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Braving the wilds with wireless notebooks

Braving the wilds with wireless notebooks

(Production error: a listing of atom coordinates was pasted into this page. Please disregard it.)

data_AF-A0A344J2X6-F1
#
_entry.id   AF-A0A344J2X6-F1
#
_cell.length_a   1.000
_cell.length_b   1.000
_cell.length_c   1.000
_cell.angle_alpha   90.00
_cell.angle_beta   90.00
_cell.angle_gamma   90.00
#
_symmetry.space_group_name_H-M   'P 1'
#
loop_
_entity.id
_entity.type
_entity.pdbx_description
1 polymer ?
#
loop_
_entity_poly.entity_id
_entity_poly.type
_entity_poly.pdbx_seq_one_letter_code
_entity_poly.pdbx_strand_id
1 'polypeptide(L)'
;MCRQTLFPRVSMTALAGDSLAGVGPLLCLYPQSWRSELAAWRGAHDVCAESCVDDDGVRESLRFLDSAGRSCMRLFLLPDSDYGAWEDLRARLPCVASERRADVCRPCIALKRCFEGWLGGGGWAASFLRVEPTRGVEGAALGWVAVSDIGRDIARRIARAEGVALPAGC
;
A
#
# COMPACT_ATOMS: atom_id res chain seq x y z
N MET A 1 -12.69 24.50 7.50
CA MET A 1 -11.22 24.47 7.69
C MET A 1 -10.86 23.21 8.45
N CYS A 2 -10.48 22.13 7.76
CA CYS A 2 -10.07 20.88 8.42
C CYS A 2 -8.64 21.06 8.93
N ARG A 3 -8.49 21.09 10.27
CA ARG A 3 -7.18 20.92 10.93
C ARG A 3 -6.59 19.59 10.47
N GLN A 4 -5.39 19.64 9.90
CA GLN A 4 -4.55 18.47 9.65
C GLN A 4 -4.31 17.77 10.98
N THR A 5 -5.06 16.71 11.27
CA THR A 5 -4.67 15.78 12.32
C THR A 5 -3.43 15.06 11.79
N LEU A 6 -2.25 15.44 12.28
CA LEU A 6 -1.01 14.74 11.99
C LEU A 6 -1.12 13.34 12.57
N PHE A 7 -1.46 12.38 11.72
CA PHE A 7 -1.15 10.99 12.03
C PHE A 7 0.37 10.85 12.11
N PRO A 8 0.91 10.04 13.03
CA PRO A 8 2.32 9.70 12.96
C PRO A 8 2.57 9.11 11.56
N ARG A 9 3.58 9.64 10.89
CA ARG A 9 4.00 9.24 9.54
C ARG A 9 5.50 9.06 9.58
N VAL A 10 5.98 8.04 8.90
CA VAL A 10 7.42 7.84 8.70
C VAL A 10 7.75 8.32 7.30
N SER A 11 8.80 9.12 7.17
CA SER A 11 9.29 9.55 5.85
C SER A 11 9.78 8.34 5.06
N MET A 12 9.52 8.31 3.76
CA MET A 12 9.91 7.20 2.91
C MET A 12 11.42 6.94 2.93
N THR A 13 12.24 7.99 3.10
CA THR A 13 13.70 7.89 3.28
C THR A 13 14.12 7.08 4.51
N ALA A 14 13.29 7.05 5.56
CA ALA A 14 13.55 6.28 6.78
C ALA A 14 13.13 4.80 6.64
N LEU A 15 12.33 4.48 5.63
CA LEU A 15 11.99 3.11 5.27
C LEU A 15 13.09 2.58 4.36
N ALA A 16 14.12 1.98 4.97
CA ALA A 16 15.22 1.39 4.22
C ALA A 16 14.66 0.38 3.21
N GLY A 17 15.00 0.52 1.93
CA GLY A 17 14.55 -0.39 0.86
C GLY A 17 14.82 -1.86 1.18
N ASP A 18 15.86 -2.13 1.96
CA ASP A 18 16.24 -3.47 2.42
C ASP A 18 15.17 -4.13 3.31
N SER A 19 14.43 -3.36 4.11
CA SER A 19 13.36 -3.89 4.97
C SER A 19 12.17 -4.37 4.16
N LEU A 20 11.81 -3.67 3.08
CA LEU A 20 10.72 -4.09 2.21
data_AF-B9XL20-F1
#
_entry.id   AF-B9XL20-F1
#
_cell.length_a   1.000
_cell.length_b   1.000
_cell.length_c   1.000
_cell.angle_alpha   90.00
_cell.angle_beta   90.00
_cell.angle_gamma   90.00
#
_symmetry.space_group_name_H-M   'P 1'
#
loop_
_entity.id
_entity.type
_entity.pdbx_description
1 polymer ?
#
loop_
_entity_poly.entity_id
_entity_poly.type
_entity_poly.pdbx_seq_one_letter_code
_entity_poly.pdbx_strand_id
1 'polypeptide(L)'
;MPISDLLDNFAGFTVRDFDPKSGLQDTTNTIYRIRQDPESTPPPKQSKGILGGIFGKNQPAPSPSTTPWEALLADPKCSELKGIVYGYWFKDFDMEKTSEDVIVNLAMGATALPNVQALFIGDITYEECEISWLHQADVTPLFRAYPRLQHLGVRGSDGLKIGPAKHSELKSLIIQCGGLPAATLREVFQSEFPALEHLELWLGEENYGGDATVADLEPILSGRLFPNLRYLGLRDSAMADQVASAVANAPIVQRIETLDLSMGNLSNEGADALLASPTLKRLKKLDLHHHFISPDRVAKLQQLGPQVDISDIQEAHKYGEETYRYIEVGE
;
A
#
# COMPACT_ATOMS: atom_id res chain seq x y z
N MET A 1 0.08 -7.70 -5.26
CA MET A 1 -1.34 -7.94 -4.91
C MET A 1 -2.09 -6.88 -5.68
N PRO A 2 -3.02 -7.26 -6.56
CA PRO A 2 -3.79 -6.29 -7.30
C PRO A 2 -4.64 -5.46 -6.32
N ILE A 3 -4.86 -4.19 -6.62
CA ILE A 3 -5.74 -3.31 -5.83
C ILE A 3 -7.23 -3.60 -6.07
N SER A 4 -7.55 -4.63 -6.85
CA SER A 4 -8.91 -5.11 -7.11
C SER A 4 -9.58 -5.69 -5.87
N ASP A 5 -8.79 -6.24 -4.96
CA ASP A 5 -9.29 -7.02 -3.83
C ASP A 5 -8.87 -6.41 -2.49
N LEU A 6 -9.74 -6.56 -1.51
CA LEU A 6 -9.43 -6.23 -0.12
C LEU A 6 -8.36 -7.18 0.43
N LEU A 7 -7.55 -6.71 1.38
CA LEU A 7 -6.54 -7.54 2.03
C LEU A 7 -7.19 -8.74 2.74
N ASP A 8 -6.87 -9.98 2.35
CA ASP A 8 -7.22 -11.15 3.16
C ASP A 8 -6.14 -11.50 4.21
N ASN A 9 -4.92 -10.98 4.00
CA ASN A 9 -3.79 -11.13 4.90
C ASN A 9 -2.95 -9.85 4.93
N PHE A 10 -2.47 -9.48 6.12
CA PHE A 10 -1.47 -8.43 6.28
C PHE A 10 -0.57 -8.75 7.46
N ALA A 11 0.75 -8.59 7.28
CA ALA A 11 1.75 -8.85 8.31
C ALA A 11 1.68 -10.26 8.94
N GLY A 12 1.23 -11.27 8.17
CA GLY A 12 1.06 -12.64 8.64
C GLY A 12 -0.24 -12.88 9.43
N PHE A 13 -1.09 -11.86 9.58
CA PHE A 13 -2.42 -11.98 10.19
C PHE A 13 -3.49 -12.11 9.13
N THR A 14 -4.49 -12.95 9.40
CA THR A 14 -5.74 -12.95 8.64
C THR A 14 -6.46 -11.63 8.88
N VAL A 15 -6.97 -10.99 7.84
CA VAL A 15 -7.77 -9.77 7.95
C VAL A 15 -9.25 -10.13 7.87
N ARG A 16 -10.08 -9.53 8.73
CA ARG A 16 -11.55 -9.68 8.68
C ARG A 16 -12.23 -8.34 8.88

Notebooks equipped with wireless wide area networking are poised to make it easier for a slew of applications, from skiers plotting their next runs at a ski centre in Whistler, British Columbia, to helping doctors manage patient care. Those improvements will come from near-ubiquitous access to critical data provided by the first notebooks to embed WWAN hardware. WWANs have been around for years, but using them has been generally inconvenient, due to relatively slow data ranges, high service costs and awkward hardware. The advent of faster networks and, now, notebooks with internal WWAN hardware—Dell unveiled its WWAN-capable Latitudes, here, on March 28—improves the ease and speed with which data can be accessed or shared, paving the way for broader adoption, two senior IT managers said. For one, "It's less clumsy," said Mark Sedgwick, manager of IT for Whistler Blackcomb Properties, in Whistler, British Columbia. "It's also a big step forward because it's [providing network] infrastructure that we don't have to put in." One critical application WWAN notebooks can fill for Whistler Blackcomb is updating trail conditions more quickly, Sedgwick said. Each of its Snow Cat's onboard notebooks could be upgraded with one of Dell's WWAN-equipped notebooks and used to send in trail data continuously, speeding up the dissemination of the information both online and in areas such as lodges. Health care centres are another area in which WWAN notebooks can help make things easier. "It's going to be very handy to have [WWAN] included in notebooks," said Michael Haga, regional network medical director for Care Level Management, a Woodland Hills, Calif., home health care provider. The company now uses PC Card-equipped Dell machines for some WWAN access but aims to switch to integrated WWAN systems. Providing them to physicians and health care field workers would make for easier access to patient records. "We think this will reduce our need for tech support in the field," Haga said. You can read more on this story at the eWEEK website. UKFast is not responsible for the content of external Internet sites.

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